Listen to the podcast for the full interview.


Angus Kebbell is the Producer at Tailwind Media. You can contact him here.

We welcome your comments below. If you are not already registered, please register to comment.

Remember we welcome robust, respectful and insightful debate. We don't welcome abusive or defamatory comments and will de-register those repeatedly making such comments. Our current comment policy is here.

7 Comments

And how do folk deal with this fake news.

The sleaze here is the account is based in USA and the quoted post is noted as Australian.

https://mobile.twitter.com/StephforAnimals/status/1337202291934285824
Intensive Winter Grazing in New Zealand Is a Welfare and Environmental Disaster

https://www.peta.org.au/issues/intensive-winter-grazing-nz/

Stephanie Stilwell
@ StephforAnimals
Animal Lover - Vegan Ⓥ - Animal Rights Activist, Feminist, Civil Rights Activist - LGBTQ...I believe in Love, Kindness, Compassion for ALL...doing my very best!

United Statesstilwellphotography.comJoined October 2017

I have taken some sorry pics around me too. It's just when the bullshit we call marketing hits the reality of some farming systems,band those farmers don't want the change. Ecoli max for swimming is 260 the stream though our place was as high as 570,000. Farmers still going ,same old stuff just consented now.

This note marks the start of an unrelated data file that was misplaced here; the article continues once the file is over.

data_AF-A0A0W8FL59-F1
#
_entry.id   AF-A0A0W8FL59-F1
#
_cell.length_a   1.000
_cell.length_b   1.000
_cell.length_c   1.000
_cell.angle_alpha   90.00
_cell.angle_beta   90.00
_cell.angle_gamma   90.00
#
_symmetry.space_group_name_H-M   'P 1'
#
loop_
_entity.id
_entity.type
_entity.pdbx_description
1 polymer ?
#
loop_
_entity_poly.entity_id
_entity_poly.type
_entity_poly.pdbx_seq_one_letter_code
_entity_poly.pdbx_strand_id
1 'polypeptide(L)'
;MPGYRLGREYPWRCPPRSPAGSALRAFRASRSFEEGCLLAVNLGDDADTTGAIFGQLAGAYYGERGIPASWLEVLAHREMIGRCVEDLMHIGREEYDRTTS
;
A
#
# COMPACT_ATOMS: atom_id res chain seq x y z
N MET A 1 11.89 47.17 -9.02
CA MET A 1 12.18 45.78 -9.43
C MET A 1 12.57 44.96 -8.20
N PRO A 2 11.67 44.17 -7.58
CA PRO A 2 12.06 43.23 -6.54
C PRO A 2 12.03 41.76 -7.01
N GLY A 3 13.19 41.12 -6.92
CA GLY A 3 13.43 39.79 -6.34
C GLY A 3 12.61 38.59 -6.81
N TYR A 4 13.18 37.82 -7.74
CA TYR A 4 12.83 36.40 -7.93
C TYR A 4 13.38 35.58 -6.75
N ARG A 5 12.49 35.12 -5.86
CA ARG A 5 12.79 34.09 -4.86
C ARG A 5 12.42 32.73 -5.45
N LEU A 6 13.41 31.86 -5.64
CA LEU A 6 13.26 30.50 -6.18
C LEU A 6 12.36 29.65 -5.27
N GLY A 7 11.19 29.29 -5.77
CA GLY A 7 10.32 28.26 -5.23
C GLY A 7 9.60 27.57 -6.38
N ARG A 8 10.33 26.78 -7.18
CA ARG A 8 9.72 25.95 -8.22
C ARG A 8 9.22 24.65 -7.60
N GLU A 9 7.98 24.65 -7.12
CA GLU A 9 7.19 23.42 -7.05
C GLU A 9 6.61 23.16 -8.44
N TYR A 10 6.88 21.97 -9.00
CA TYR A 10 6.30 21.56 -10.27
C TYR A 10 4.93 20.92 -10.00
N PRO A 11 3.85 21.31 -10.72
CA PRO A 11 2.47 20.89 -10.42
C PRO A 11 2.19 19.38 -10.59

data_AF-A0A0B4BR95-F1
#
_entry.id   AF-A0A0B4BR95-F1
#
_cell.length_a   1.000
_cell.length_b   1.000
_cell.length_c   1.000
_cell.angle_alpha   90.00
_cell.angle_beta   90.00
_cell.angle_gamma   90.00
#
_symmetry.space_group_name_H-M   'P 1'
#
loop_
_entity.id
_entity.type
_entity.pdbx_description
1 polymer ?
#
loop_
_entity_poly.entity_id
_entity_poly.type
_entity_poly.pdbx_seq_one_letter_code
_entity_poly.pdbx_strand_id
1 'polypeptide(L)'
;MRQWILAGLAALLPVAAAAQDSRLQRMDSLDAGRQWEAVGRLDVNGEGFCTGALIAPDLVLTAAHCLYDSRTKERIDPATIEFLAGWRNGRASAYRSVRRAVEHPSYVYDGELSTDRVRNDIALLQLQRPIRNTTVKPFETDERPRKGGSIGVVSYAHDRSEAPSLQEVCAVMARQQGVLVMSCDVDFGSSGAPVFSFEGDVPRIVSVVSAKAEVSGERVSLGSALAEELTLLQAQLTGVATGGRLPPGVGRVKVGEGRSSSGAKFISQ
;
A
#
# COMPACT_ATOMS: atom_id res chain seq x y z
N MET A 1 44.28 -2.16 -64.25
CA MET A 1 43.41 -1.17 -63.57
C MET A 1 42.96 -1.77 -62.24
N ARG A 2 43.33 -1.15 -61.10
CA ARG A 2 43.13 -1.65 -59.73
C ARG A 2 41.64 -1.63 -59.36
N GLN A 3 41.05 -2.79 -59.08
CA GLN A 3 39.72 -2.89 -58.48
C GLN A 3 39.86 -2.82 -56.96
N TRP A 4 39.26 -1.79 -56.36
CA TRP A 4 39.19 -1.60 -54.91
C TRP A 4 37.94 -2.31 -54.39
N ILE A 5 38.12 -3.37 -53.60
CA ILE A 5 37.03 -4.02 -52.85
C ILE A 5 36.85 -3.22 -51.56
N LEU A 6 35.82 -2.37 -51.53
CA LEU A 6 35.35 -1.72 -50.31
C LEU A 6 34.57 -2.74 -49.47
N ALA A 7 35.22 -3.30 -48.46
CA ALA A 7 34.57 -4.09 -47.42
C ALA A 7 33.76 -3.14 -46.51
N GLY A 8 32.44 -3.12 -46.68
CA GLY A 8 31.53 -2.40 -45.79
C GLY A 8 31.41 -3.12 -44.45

Yes , good farming practices need to be rewarded , the bad penalised. Its when you have to make blanket regulations to cover the bad that it becomes tricky.
I'm not sure i'll let my kids swim in the local river this summer its already looking disgusting. We may need to start looking at river care based on higher temperatures , not historic ones. Or at research the effect of highrr temps coupled with increased nutrients on our rivers.

Lower flows form 2 droughts and a dry winter don't help either.

I wonder what happened to the Massey project , to raise Fresian bulls to be slaughtered at between 9 to 15 months, rahter than 15 months on ? Or the marketing of this meat .

I’m surprised in the number of calf rearers still out there. I see weaner calves recently struggling to get $350 at South Island sale yards. There must be no margin at all. A mate of mine has been rearing for a last five years and hardly makes a buck. The 100kg calf price never seems enough and after keeping half of them all summer he ends up selling them on the autumn market only to find few buyers because of dry weather, market uncertainty and potential buyers scared away by any chance of m bovis. Last season he was offered $420 at weaning, turned it down and then sold them at $450 net in April.

That pretty much sums up last year. I doubt many made any money. I was in the same boat , just missed the pre xmas high prices by a week . a whiff of drought and prices plummet. This year buyers are pricing in the possibility of a drought , or maybe trying to recoup last years losses. i took the calves through to this spring , and still only got $ 520 - $ 630.normally $ 650 -$ 750 .